nep-sea New Economics Papers
on South East Asia
Issue of 2011‒06‒11
thirteen papers chosen by
Kavita Iyengar
Asian Development Bank

  1. Asia Rising: Emerging East Asian Economies as Foreign Investors By Hal Hill; Juthathip Jongwanich
  2. Climate Change Issues and Mitigation Actions in Indonesia By Arief Anshory Yusuf
  3. Rise And Fall Of Cities, Measuring Spatial Clustering And Economies Of Urban Agglomeration In West Java By Rullan Rinaldi; Eva Nurwita
  4. The Chinese Market and Thai Fragrant Jasmine Rice: Why does China, the world's largest rice producer, import rice from Thailand? (Japanese) By MIYATA Toshiyuki
  5. Foreign Ownership, Listed Status and the Financial System in East Asia: Evidence from Thailand and Malaysia By Mieno, Fumiharu
  6. Estimates of Fundamental Equilibrium Exchange Rates, May 2011 By William R. Cline; John Williamson
  7. Remittances and Economic Growth in Africa, Asia, and Latin American-Caribbean Countries: A Panel Unit Root and Panel Cointegration Analysis. By Bichaka Fayissa; Christian Nsiah
  8. Laos: Seeking a relationship with China (Japanese) By HARA Yonosuke; YAMADA Norihiko; KEOLA, Souknilanh
  9. Constructing the Index of Indonesian Monthly Private Consumption Expenditure By Achmad Kemal Hidayat; Arief Bustaman; Anhar Fauzan; Eva Nurwita; Adhitya Wardhana; Arief Anshory Yusuf
  10. It’s Not Only Rents: Explaining the Persistence and Change of Neopatrimonialism in Indonesia By Nina Korte
  11. Conservation and Climate Change Mitigation: A Framework and Principles from Regional Government’s Perspective and Its Financing Implication By Arief Anshory Yusuf
  12. Collective action, political parties and pro-development public policy By Keefer, Philip
  13. Hong Kong as an Economic Gateway (Japanese) By HISASUE Ryoichi

  1. By: Hal Hill; Juthathip Jongwanich
    Abstract: This paper documents and analyzes the rise of emerging East Asian economies as major international investors. Foreign direct investment (FDI) from these economies is rising faster than their economic growth, trade, and inward FDI, and the region is by far the most important investor from the developing world. We develop an analytical interpretation of the behaviour and competitive strategies of major developing East Asian outward investors. We conclude that the drivers of this outward FDI are generally consistent with the international investment literature. But in addition particular factors are at work, including the desire for natural resource security, and exceptionally high domestic savings rates. The major challenge for the rest of the world is to accommodate these FDI flows, as part of the global reorientation of economic activity towards East Asia.
    Keywords: East Asia, outward foreign investment, emerging economies
    JEL: F21 F23 O33 O53
    Date: 2011
  2. By: Arief Anshory Yusuf (Department of Economics, Padjadjaran University)
    Abstract: This paper first highlights at least four important issues relevant to be discussed in the context of climate change in Indonesia: (1) Indonesia is among the most vulnerable to climate change impact; (2) Indonesia is the second biggest contributor to global GHG emissions from land use change or deforestation; (3) As the fourth biggest country in term of population, Indonesia is also the candidate to become among the most important carbon emitters from energy consumption; (4) Indonesia is still struggling in economic development, particularly poverty alleviation. The first three issues are sufficient reasons for Indonesia, together with the rest of the world, to take necessary actions against climate change and the fourth issue is ‘the number one’ priority in Indonesian development and the element that must always be the prime consideration in any of those actions. This paper also review some of the actions that has been done particularly by Indonesian government in tackling climate change and questions some of its shortcomings and challenges.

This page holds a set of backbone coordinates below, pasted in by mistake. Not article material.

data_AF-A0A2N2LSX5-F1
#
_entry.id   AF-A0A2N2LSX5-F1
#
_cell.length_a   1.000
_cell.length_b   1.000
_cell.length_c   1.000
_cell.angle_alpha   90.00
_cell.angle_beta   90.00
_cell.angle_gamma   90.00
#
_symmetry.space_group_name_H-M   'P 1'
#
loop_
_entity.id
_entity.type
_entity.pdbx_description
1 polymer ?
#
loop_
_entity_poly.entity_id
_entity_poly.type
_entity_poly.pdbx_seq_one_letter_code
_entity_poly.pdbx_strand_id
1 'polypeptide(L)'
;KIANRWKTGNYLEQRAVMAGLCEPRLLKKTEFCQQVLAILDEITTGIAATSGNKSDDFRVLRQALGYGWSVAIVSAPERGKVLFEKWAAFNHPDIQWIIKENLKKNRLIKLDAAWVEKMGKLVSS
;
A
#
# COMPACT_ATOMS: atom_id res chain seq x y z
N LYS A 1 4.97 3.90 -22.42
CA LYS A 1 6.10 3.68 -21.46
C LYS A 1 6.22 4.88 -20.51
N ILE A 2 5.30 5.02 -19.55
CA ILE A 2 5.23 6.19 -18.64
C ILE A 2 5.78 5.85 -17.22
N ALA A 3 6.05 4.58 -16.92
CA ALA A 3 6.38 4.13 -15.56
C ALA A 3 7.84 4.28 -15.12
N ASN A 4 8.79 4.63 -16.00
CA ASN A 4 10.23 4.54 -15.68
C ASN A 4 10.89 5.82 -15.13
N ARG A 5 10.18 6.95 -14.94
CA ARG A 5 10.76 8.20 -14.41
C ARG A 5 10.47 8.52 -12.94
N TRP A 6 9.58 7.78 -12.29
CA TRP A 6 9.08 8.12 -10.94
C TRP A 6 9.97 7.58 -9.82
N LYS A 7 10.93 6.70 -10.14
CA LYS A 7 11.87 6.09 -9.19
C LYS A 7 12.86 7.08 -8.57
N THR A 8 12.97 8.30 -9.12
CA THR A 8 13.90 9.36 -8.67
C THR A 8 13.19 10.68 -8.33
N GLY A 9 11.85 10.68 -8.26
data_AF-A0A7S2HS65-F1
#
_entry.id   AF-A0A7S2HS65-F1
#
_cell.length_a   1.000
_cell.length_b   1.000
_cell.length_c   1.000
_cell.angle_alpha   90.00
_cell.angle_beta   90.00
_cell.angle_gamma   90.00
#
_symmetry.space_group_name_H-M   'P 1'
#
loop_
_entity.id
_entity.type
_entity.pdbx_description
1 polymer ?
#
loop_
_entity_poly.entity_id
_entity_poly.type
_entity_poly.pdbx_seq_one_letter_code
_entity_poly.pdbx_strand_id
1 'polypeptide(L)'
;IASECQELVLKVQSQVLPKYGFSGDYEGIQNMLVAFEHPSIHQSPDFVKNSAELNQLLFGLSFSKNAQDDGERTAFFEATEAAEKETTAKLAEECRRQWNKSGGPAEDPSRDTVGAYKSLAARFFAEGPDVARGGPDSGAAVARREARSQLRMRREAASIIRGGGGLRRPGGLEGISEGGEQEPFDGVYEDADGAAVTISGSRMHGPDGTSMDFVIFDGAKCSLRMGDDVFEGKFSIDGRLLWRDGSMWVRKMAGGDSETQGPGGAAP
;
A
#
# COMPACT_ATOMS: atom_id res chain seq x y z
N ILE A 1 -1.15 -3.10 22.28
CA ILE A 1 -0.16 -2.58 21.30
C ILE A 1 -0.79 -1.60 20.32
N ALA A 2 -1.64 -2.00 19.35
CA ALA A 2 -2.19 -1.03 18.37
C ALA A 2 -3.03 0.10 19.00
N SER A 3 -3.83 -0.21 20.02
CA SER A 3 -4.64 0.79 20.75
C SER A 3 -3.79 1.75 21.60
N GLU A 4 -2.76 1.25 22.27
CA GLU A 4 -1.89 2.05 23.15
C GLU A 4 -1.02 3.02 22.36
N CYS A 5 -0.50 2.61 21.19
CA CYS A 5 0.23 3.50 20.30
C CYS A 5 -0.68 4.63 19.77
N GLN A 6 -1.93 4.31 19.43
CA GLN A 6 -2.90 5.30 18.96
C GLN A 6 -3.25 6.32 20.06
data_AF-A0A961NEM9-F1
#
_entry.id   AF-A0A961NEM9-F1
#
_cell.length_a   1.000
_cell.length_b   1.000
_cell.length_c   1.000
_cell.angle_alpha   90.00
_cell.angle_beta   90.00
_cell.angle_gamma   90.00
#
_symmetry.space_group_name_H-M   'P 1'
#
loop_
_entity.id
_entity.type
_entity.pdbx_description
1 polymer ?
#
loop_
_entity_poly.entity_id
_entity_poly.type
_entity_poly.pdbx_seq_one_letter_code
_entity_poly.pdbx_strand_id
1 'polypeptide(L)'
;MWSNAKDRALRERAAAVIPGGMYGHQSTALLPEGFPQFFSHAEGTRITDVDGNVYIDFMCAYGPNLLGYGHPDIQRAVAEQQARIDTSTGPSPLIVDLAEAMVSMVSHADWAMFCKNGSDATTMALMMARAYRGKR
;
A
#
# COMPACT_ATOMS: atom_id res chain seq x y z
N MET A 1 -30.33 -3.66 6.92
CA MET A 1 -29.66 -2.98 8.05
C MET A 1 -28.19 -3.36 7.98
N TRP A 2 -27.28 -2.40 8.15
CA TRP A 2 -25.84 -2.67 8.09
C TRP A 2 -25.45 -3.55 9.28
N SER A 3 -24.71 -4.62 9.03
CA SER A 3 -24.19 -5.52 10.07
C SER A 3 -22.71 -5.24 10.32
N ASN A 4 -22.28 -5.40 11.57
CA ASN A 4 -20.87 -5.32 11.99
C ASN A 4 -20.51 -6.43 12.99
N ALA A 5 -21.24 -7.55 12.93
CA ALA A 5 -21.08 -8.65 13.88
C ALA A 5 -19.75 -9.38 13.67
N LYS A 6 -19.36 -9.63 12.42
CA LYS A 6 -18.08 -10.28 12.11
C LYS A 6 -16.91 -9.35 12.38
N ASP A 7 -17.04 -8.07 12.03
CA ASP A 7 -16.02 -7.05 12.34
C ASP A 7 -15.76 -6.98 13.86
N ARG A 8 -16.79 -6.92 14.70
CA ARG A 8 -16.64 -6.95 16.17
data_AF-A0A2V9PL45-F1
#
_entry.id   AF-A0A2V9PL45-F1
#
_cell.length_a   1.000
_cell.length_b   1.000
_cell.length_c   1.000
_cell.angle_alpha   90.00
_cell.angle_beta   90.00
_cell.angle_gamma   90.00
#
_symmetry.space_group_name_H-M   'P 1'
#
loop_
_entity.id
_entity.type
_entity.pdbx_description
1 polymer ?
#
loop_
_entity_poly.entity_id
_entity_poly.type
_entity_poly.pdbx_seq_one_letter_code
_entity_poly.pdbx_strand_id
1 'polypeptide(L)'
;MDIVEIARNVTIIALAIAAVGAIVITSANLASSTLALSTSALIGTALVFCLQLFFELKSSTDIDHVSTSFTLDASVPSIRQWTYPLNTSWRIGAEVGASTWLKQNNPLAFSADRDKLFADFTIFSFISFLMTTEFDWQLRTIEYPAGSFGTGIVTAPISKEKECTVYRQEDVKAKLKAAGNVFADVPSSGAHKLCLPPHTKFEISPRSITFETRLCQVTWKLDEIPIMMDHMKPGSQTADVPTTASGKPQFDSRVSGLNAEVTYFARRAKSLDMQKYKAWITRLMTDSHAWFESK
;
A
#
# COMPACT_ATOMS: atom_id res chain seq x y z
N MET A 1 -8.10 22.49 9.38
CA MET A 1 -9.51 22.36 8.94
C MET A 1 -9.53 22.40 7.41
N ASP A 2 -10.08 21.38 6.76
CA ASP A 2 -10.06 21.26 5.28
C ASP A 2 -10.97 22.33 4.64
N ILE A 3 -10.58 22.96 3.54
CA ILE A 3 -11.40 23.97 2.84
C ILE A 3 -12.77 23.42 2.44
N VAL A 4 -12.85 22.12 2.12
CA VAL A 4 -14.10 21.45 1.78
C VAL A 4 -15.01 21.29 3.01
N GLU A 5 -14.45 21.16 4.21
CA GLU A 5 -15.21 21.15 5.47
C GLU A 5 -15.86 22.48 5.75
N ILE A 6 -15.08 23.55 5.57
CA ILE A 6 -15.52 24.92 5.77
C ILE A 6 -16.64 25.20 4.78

Keywords: climate change, Indonesia
    JEL: Q54 Q56 Q58
    Date: 2011–06
  3. By: Rullan Rinaldi (Department of Economics, Padjadjaran University); Eva Nurwita (Department of Economics, Padjadjaran University)
    Abstract: With others neighboring Provinces in the western part of Java, the West Java Province shares the southeast Asian most densely urban area (Bodebek as part of Jabodetabek and Greater Bandung). This research tries to identify the spatial clustering of urban economies activities using employment data from Economic Census of 2006 as proxy for urban agglomeration. Using the identification result, we then estimate aggregate production function of the urban agglomeration area to calculate it’s economies of agglomeration. From the result we found that both Bodebek and Greater Bandung metropolitan area are both have been reach the stage of saturation in their economic activity. Meanwhile, the alternative definition of Bodebek shows the stage of slight increasing return to scale, indicate the economies are trying to expand to regain the economies of scale that has been saturated in origin area.
    Keywords: Sub National Data, Indonesia
    JEL: R11
    Date: 2011–06
  4. By: MIYATA Toshiyuki
    Abstract: In 2008, the world experienced a sharp increase in rice prices due to destabilization of international rice demand and supply. Under these circumstances, rice exports from Thailand—the world's top rice exporter—and Thai rice export prices increased dramatically, but the amount of high-quality fragrant Jasmine rice exported to China decreased by some 30% over the previous year. This paper examines why, amidst increasing world rice prices and expansion of the Thai rice export market overall, the export of fragrant Jasmine rice from Thailand to China dropped so dramatically. In fact, China is the world's top rice producer, and one of the world's top rice exporters. However, China also imports rice, albeit only several hundred thousand tons annually. Some 90% of China's rice imports are from Thailand, the majority of which is high-quality Jasmine rice. Meanwhile, due to expansion of the Chinese economy and change in eating habits of middle- and high-income groups in Chinese society, more than 80% of Thailand's Jasmine rice exported to China is demanded in southern China, especially, Guangzhou and Shenzhen. However, in 2008, amidst rising world rice prices, exports of fragrant rice from Thailand to China showed a sharp decrease. This paper summarizes the expansion of Thai-produced rice exports to China after 2000 and the rapid drop in such exports in 2008 and analyzes some of the problems found in China's rice business, such as the misuse of trademarks and the mixing of Thai-produced and China-produced fragrant rice in China.